The 2012-13 Lakers are on pace to becoming the biggest disappointment in the history of professional sports. Never have expectations and results been further apart. In spite of their failures, it’s still unfair to pain the entire team with the same brush. There have been some pleasant surprises mixed in with all the negativity. So it’s only right that I judge each player on the roster individually. So without further ado, the 2012-13 Lakers mdseason report card.
2012-13 has become the season Kobe could no longer hide how bad his defense had become. He went from being an elite defender to being an average one about four seasons ago, in spite of all those undeserved First-Team All-Defense selections. But up until these past few games, Kobe has been outright awful on defense this season. That’s due mainly to lack of effort on the defensive end. He still has the ability to lock guys up on-ball when he chooses to, but he’s spent the majority of the season playing safety and gambling for steals and screaming at officials while his man is getting an easy lay-up.
However in spite of all that, what Kobe’s done on offense this season has compensated for his defensive deficiencies, at least for the purpose of issuing him a letter grade. Anyone foolish enough to blame Kobe for the Lakers’ struggles probably hasn’t watched a lot of their games. It’s scary to think how much worse this team would be without him.
If my grading was based on expectations, I doubt Dwight would garner anything above a C. The truth is it’s kind of unfair to judge him on what he’s done this season because he’s clearly not close to 100%. In spite of what could either be either lack of health or lack of effort, he’s still averaging 17 points and a league-leading 12 rebounds per game. Few plays this season better symbolize the disappointment in both Dwight and the Lakers this season as his late-game block of Andre Miller a few weeks ago that went right to Danilo Gallinari for the 3-point dagger.
Is Pau being misused? Probably. But that doesn’t change anything from the fact that he still misses way too many gimmes and can’t guard anybody who can run a 40 in under six seconds. A career 53% shooter, Pau has only made 43% of his shots this season. He’s now averaging 12.7 points per game, nearly six fewer than his career scoring average. His durability has also come into play. He’s already missed 13 games this season after missing 19 over the previous four seasons combined. It’s easy to say it’s time to trade him. Not so easy to find a taker that also won’t compromise the Lakers upcoming cap space in 2014.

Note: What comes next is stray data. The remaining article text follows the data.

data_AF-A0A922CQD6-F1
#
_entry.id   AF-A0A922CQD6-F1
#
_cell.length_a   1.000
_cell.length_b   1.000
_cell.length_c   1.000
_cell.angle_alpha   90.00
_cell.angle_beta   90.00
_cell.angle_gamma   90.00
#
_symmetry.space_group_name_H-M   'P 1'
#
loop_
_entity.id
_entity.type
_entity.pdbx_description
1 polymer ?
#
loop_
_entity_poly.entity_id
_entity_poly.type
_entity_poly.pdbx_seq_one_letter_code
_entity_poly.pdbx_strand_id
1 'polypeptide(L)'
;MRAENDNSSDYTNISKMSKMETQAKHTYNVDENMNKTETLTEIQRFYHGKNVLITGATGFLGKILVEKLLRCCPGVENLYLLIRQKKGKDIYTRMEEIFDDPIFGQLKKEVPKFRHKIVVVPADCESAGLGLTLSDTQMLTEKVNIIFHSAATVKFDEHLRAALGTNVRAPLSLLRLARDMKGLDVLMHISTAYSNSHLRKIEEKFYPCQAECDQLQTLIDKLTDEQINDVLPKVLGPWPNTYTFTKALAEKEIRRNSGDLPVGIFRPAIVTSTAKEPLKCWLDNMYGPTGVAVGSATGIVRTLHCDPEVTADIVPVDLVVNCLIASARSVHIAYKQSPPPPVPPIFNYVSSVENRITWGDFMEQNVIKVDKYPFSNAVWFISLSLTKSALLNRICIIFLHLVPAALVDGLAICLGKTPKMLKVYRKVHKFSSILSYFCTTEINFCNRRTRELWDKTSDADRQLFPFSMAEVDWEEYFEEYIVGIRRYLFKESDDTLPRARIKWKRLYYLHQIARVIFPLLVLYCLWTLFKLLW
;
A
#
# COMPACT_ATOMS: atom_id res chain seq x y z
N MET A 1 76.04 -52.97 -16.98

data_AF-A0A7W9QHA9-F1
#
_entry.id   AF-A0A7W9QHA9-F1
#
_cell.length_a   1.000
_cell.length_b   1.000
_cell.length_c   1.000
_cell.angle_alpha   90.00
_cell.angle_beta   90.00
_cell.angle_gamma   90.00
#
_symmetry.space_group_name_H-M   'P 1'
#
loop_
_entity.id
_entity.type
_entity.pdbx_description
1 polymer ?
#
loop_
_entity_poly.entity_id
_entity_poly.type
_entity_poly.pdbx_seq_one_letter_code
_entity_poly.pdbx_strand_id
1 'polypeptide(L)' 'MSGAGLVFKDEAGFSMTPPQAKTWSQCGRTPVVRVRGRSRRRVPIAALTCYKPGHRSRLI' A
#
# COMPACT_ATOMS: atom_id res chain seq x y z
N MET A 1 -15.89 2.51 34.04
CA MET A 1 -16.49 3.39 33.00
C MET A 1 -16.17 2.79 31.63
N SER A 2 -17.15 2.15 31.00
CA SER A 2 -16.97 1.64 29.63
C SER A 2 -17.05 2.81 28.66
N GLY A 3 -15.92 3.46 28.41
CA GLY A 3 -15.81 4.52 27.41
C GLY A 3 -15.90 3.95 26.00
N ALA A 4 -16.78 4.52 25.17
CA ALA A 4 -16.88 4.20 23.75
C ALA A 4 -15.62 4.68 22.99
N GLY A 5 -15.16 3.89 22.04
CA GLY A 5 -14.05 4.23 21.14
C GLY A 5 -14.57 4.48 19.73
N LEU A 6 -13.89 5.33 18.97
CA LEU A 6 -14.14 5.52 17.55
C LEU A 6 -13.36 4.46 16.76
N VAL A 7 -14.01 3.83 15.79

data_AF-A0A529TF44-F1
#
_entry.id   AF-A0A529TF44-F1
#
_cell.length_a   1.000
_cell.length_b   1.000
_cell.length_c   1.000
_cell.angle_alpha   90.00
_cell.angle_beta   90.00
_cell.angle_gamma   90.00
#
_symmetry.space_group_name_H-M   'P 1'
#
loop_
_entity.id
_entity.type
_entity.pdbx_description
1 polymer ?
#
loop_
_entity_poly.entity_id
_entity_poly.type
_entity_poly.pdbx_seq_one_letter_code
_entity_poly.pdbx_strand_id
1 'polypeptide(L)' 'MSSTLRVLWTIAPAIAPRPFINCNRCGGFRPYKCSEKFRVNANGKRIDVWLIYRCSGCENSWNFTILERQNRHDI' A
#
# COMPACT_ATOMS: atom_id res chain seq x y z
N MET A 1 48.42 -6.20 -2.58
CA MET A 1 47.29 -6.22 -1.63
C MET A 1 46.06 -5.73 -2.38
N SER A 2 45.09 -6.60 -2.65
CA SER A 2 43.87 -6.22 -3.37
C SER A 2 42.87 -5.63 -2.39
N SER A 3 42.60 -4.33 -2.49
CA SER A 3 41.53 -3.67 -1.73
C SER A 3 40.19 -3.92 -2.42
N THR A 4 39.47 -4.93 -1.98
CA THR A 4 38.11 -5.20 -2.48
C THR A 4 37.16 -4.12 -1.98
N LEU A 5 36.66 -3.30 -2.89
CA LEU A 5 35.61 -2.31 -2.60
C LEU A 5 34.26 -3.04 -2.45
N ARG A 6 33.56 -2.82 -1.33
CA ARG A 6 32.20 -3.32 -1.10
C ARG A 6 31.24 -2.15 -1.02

Lakers fans waited patiently for Nash’s broken leg to heal. He was going to be the answer to what ailed the team during his absence. How could people judge this team while it was being led by Darius Morris and Chris Duhon, right? Instead Nash still hasn’t figured out a way to fit in seamlessly. Except for maybe a handful of games, Nash has tried way too hard to get others involved at the expense of doing what he needs to do for the team to win. He’s one of the greatest shooters of all-time. There’s no reason he should only have 26 free throw attempts after 17 games. It’s hard to knock his defense considering his age and expectations. But if his offense isn’t at least countering how he hurts the team defensively, then he’s doing more harm than good. It’s still only 17 games. I’m willing to wait another 10 or 15 before issuing a letter grade.
Metta World Peace
Since last season there were calls from fans to amnesty Metta World Peace. Most were probably unaware that he spent most of last season either overweight or dealing with a bad back. He came into camp in great shape and early in the season looked like the Ron Artest who played for the Pacers. While there’s no denying that his effort is there every game, he’s still missing lay-ups and wide-open three-pointers when it seems the team needs them the most. He can still defend anyone not considered an elite player but he can no longer be counted on to defend LeBron James, Kevin Durant, or James Harden. Then again, who can?
Next Page: The Bench Unit